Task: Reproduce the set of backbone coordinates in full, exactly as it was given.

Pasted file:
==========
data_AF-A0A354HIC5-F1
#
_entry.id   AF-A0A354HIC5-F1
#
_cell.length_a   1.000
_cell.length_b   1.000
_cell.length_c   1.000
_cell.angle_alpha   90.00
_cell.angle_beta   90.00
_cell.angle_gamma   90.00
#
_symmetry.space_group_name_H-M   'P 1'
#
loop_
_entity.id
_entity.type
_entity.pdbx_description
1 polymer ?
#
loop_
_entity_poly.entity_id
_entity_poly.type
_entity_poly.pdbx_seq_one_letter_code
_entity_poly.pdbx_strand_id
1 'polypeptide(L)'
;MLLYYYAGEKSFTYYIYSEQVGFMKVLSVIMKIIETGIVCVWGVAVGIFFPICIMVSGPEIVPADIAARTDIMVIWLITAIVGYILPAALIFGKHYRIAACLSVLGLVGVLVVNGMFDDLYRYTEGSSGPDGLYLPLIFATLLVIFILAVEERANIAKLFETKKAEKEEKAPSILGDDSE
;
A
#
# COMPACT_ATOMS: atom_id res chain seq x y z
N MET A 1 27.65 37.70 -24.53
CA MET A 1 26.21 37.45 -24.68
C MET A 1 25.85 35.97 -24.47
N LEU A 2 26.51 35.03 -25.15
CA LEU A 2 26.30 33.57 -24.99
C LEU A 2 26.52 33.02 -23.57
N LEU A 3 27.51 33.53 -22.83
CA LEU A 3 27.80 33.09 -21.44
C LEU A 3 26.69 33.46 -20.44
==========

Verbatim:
data_AF-A0A354HIC5-F1
#
_entry.id   AF-A0A354HIC5-F1
#
_cell.length_a   1.000
_cell.length_b   1.000
_cell.length_c   1.000
_cell.angle_alpha   90.00
_cell.angle_beta   90.00
_cell.angle_gamma   90.00
#
_symmetry.space_group_name_H-M   'P 1'
#
loop_
_entity.id
_entity.type
_entity.pdbx_description
1 polymer ?
#
loop_
_entity_poly.entity_id
_entity_poly.type
_entity_poly.pdbx_seq_one_letter_code
_entity_poly.pdbx_strand_id
1 'polypeptide(L)'
;MLLYYYAGEKSFTYYIYSEQVGFMKVLSVIMKIIETGIVCVWGVAVGIFFPICIMVSGPEIVPADIAARTDIMVIWLITAIVGYILPAALIFGKHYRIAACLSVLGLVGVLVVNGMFDDLYRYTEGSSGPDGLYLPLIFATLLVIFILAVEERANIAKLFETKKAEKEEKAPSILGDDSE
;
A
#
# COMPACT_ATOMS: atom_id res chain seq x y z
N MET A 1 27.65 37.70 -24.53
CA MET A 1 26.21 37.45 -24.68
C MET A 1 25.85 35.97 -24.47
N LEU A 2 26.51 35.03 -25.15
CA LEU A 2 26.30 33.57 -24.99
C LEU A 2 26.52 33.02 -23.57
N LEU A 3 27.51 33.53 -22.83
CA LEU A 3 27.80 33.09 -21.44
C LEU A 3 26.69 33.46 -20.44